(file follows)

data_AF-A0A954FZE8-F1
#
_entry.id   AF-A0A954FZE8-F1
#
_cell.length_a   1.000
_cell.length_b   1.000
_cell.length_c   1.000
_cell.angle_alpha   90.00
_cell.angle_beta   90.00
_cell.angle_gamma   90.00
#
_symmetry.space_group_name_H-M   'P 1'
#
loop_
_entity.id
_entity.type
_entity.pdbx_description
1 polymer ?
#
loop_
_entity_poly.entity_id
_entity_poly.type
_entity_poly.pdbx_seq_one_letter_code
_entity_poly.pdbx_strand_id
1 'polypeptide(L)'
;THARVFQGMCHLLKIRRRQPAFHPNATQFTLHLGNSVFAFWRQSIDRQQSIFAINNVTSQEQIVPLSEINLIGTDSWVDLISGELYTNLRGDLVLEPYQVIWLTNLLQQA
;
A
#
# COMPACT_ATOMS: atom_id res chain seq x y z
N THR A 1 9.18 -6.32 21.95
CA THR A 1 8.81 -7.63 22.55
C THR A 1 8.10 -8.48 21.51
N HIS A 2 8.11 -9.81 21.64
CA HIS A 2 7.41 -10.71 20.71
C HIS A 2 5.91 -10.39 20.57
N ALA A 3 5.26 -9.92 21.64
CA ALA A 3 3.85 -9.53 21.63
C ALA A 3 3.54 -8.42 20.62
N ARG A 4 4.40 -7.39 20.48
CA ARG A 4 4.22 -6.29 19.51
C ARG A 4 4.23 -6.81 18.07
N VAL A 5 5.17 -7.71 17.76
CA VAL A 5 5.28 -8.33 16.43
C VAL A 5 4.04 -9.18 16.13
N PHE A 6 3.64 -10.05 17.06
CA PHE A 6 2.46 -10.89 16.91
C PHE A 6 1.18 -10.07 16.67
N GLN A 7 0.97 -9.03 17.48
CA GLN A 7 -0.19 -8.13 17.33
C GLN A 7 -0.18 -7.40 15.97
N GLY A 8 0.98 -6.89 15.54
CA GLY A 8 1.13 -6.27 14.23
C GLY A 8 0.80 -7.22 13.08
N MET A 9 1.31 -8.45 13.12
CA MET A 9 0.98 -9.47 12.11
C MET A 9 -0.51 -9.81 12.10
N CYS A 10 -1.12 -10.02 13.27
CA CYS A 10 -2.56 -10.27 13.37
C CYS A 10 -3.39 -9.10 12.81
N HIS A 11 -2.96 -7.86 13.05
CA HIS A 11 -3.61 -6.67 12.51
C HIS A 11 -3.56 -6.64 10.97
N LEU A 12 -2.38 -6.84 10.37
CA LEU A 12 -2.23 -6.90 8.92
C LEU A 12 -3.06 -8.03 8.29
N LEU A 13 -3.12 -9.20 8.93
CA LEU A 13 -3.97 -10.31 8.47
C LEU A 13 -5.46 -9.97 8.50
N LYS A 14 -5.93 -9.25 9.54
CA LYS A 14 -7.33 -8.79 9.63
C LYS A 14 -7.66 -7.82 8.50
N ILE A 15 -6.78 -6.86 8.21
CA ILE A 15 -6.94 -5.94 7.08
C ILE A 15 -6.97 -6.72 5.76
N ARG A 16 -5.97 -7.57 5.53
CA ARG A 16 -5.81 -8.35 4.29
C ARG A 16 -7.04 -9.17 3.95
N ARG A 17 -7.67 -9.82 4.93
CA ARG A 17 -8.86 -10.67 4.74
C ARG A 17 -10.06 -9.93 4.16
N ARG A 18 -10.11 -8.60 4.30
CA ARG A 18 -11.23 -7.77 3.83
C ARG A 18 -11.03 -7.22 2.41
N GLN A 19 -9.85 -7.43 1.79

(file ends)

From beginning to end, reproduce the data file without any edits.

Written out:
data_AF-A0A954FZE8-F1
#
_entry.id   AF-A0A954FZE8-F1
#
_cell.length_a   1.000
_cell.length_b   1.000
_cell.length_c   1.000
_cell.angle_alpha   90.00
_cell.angle_beta   90.00
_cell.angle_gamma   90.00
#
_symmetry.space_group_name_H-M   'P 1'
#
loop_
_entity.id
_entity.type
_entity.pdbx_description
1 polymer ?
#
loop_
_entity_poly.entity_id
_entity_poly.type
_entity_poly.pdbx_seq_one_letter_code
_entity_poly.pdbx_strand_id
1 'polypeptide(L)'
;THARVFQGMCHLLKIRRRQPAFHPNATQFTLHLGNSVFAFWRQSIDRQQSIFAINNVTSQEQIVPLSEINLIGTDSWVDLISGELYTNLRGDLVLEPYQVIWLTNLLQQA
;
A
#
# COMPACT_ATOMS: atom_id res chain seq x y z
N THR A 1 9.18 -6.32 21.95
CA THR A 1 8.81 -7.63 22.55
C THR A 1 8.10 -8.48 21.51
N HIS A 2 8.11 -9.81 21.64
CA HIS A 2 7.41 -10.71 20.71
C HIS A 2 5.91 -10.39 20.57
N ALA A 3 5.26 -9.92 21.64
CA ALA A 3 3.85 -9.53 21.63
C ALA A 3 3.54 -8.42 20.62
N ARG A 4 4.40 -7.39 20.48
CA ARG A 4 4.22 -6.29 19.51
C ARG A 4 4.23 -6.81 18.07
N VAL A 5 5.17 -7.71 17.76
CA VAL A 5 5.28 -8.33 16.43
C VAL A 5 4.04 -9.18 16.13
N PHE A 6 3.64 -10.05 17.06
CA PHE A 6 2.46 -10.89 16.91
C PHE A 6 1.18 -10.07 16.67
N GLN A 7 0.97 -9.03 17.48
CA GLN A 7 -0.19 -8.13 17.33
C GLN A 7 -0.18 -7.40 15.97
N GLY A 8 0.98 -6.89 15.54
CA GLY A 8 1.13 -6.27 14.23
C GLY A 8 0.80 -7.22 13.08
N MET A 9 1.31 -8.45 13.12
CA MET A 9 0.98 -9.47 12.11
C MET A 9 -0.51 -9.81 12.10
N CYS A 10 -1.12 -10.02 13.27
CA CYS A 10 -2.56 -10.27 13.37
C CYS A 10 -3.39 -9.10 12.81
N HIS A 11 -2.96 -7.86 13.05
CA HIS A 11 -3.61 -6.67 12.51
C HIS A 11 -3.56 -6.64 10.97
N LEU A 12 -2.38 -6.84 10.37
CA LEU A 12 -2.23 -6.90 8.92
C LEU A 12 -3.06 -8.03 8.29
N LEU A 13 -3.12 -9.20 8.93
CA LEU A 13 -3.97 -10.31 8.47
C LEU A 13 -5.46 -9.97 8.50
N LYS A 14 -5.93 -9.25 9.54
CA LYS A 14 -7.33 -8.79 9.63
C LYS A 14 -7.66 -7.82 8.50
N ILE A 15 -6.78 -6.86 8.21
CA ILE A 15 -6.94 -5.94 7.08
C ILE A 15 -6.97 -6.72 5.76
N ARG A 16 -5.97 -7.57 5.53
CA ARG A 16 -5.81 -8.35 4.29
C ARG A 16 -7.04 -9.17 3.95
N ARG A 17 -7.67 -9.82 4.93
CA ARG A 17 -8.86 -10.67 4.74
C ARG A 17 -10.06 -9.93 4.16
N ARG A 18 -10.11 -8.60 4.30
CA ARG A 18 -11.23 -7.77 3.83
C ARG A 18 -11.03 -7.22 2.41
N GLN A 19 -9.85 -7.43 1.79